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For over a decade, it seemed interest rates would stay low forever. While many investors enjoyed strong returns during that period, some of those returns were a function of asset inflation brought about by such persistently low rates. Now, as we navigate a climate in which the Zero Interest Rate Policy (ZIRP) era has come to an end, investors need to recalibrate their expectations for what constitutes a reasonable return on a real estate investment.

We’ve attached a Cap Rate Calculator which models the correct total return and cap rate which should be required by a real estate investor. As we have discussed in the past, the cornerstone of an investment analysis is how the subject investment compares to the so-called “risk free rate”, which is the interest rate then payable by a 10-year United States Treasury Bond. The 10-year Treasury is considered risk free because it is guaranteed by the full faith and credit of the United States government. Since there is essentially no risk that the principal will not be repaid, the yield on a 10-year Treasury is lower than other investment alternatives such as corporate bonds, equities, and real estate. This is because a rational investor would logically conclude they must be paid a “risk premium” for an investment that does not have the certainty of repayment that a Treasury bond does. The amount of such a risk premium varies directly with the perceived risk of the investment in question. The higher the risk of the investment, the greater the risk premium should be. Note, this does not mean a riskier investment will yield a higher return than a less risky one.  Rather, an investor should require that a riskier investment compensate them commensurately for the enhanced risk they are undertaking.

Of course, the yield on a 10-year Treasury fluctuates, so for purposes of our analysis, we look to recent history which shows that the 10-year yield tends to fall 150-200 basis points over the current rate of inflation. Assuming the Federal Reserve’s committed goal of 2% inflation, and a 175 bps spread over inflation, our analysis assumes a 3.75% yield on the 10 year (i.e., 2% inflation plus a 175 bps spread). As discussed above, the risk premium over the risk-free rate varies by investment type. For a quality apartment complex, investors have historically required a 200 bps spread for the incremental risk plus another 50 bps because a real estate investment lacks the liquidity of, say, Apple stock. Adding a 250 bps risk and illiquidity premium to a 3.75% yield on the 10-year Treasury results in a 6.25% total unlevered return.  In other words, a rational investor should require a return of 6.25% from an investment in a quality apartment building.   Of course, most real estate investments use some level of borrowed money, the amount of which varies based upon the level of risk tolerance of the individual investor. The leverage would enhance the total return above.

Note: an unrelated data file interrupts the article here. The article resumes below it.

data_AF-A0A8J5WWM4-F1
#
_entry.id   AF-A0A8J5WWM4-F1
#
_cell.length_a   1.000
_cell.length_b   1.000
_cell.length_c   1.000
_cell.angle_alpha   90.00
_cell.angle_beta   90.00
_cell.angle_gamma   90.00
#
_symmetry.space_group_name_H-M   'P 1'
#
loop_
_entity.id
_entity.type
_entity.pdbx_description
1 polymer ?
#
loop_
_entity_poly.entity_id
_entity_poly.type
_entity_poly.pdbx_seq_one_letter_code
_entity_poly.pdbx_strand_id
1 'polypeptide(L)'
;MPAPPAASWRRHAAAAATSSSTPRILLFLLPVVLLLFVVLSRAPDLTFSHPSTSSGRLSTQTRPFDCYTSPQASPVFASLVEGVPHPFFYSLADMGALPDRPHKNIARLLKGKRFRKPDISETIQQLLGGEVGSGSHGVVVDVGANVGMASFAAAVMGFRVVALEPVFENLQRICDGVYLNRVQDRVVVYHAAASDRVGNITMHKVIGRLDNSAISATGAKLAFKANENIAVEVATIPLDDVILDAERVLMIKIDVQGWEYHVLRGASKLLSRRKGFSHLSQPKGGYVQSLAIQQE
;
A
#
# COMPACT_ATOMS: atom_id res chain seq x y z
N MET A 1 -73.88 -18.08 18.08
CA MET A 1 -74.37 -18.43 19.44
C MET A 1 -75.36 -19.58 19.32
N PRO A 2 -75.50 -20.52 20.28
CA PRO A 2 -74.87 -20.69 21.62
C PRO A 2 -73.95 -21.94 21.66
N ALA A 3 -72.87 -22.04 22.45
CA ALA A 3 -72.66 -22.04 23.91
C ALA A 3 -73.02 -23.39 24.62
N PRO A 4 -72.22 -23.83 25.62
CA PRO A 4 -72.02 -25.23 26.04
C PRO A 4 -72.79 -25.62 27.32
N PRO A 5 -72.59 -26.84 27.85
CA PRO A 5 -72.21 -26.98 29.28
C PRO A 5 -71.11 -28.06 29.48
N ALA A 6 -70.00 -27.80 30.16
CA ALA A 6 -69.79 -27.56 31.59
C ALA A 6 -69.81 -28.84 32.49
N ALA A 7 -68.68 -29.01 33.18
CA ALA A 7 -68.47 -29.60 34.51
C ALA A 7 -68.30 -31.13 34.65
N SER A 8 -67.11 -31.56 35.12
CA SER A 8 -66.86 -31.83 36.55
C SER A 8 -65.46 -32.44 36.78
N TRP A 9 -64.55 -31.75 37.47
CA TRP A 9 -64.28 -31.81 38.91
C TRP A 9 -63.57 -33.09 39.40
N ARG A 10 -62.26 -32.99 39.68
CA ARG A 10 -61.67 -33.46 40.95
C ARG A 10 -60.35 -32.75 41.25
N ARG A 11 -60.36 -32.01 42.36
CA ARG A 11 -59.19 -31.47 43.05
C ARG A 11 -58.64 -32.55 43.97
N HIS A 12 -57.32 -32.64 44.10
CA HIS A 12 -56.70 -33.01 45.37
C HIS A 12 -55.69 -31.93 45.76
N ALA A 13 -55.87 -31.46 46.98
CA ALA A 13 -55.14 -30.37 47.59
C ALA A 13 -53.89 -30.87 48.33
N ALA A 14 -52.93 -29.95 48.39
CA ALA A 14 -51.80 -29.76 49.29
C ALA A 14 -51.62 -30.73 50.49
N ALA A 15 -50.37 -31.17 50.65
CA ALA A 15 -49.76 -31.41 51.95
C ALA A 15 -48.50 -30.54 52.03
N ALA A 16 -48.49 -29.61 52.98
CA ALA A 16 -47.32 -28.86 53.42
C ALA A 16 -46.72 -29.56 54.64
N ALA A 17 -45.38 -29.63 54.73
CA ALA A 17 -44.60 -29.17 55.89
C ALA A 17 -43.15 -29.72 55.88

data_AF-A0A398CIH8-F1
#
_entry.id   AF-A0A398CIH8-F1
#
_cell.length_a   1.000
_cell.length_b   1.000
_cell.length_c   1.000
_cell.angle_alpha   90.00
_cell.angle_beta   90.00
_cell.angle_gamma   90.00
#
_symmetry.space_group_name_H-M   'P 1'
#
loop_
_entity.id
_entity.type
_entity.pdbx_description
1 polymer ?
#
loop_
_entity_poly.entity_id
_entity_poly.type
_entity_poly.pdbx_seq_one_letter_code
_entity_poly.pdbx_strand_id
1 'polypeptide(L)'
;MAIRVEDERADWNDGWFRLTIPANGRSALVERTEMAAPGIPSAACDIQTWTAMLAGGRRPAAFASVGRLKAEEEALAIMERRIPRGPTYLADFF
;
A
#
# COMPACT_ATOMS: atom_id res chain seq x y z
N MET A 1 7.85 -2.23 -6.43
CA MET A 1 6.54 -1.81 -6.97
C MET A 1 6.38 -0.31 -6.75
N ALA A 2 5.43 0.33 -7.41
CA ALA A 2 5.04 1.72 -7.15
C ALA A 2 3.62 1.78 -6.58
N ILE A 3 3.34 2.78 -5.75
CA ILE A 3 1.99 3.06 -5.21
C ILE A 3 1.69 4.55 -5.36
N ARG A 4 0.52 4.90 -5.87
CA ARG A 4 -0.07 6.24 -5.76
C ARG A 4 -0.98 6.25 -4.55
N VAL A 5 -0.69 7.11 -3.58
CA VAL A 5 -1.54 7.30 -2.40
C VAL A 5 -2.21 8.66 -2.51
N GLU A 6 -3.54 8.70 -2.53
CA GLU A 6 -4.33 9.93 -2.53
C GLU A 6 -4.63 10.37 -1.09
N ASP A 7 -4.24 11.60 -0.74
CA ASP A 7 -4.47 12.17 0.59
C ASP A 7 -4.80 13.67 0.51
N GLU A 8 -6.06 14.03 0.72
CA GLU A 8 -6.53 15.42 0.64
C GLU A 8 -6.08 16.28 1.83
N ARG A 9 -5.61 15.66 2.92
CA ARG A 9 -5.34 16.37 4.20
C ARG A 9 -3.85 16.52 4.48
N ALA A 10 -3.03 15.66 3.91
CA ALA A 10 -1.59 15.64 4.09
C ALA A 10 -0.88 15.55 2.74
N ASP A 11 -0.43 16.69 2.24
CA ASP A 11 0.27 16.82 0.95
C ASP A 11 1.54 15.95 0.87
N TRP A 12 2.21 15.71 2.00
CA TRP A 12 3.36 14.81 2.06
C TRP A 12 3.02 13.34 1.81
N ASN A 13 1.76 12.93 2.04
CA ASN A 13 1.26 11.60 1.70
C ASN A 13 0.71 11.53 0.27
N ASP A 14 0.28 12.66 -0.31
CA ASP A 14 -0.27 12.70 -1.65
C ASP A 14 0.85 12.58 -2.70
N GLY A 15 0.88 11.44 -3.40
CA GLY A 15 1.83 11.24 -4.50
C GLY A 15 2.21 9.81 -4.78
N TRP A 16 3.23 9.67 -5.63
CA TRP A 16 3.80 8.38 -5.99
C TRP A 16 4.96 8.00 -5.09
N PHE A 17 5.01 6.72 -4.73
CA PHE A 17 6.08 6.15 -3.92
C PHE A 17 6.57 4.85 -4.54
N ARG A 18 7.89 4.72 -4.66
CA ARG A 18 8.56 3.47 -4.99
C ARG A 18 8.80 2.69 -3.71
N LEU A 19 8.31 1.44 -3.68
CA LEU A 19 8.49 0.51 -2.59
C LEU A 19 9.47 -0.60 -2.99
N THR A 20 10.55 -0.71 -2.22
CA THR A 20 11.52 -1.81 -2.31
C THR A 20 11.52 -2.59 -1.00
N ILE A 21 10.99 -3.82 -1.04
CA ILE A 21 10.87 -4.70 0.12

Consider though that the 6.25% return is an all-in return, inclusive of both cash flow and appreciation. The unlevered cash flow component of the total return is the capitalization rate of the investment in question. The cap rate is important as it is the measure of return used to compare two similar properties (e.g., similar in age, location, quality). Since multifamily cash flow historically exceeds inflation by 50-100 bps, we will use 75 bps for our purposes here, which leaves us with a 2.75% annual growth rate. Subtracting the 2.75% annual cash flow growth rate from the 6.25% total return generates a 3.5% cash flow cap rate of 3.5%. However, since cap rates are determined by reference to Net Operating Income (i.e., rental income minus non-capitalized operating expenses), and since cash flow for apartments is typically 80% of NOI (as capitalized expenses and other so-called below the line expenses consume some NOI), the NOI cap rate of 3.5% is divided by 80%, leaving 4.38% as the target cap rate appropriate to permitting an investor to achieve the desired 6.25% total return on a quality apartment building.

The importance of this analysis cannot be overstated in the current—and likely long term—real estate investing environment. Investors became used to achieving uncharacteristically elevated returns during the past 10 plus years, but these returns were a function of asset inflation caused by perennially low interest rates. While an investor can be excused for thinking such inflated returns were the new normal, they were in fact a function of a) high leverage, floating rate debt and, b) excessive capital availability due to TINA (i.e., “There Is No Alternative” to real estate, equities, etc. in an era of sustained low fixed income yields). In short, many investors were undertaking high risk under the assumption that an unprecedented and unsustainable environment of low interest rates would go on forever. Those times are over and, for many investors, they are paying the piper now for the risky deals they bought before the music stopped. As such, astute investors will recalibrate their expectations of what a real estate investment should generate in an environment that has returned to true north (normal).

For investors with cash to invest, the next few years will be rife with opportunities to acquire quality real estate at exceptional prices. Now, favorable pricing will mean acquiring at a discount to replacement cost and returns will be dependent upon reasonable rent growth and moderate leverage assumptions. In short, investors can now invest in desirable hard assets with lower risk.

*Cap Rate Calculator and analysis courtesy of data provided in Winter 2024 Linneman Letter. Peter Linneman was Albert Sussman Professor of Real Estate, Finance and Public Policy at the Wharton School of Business and author of Real Estate Finance and Investments: Risks and Opportunities, one of the most widely used textbooks in business schools across America.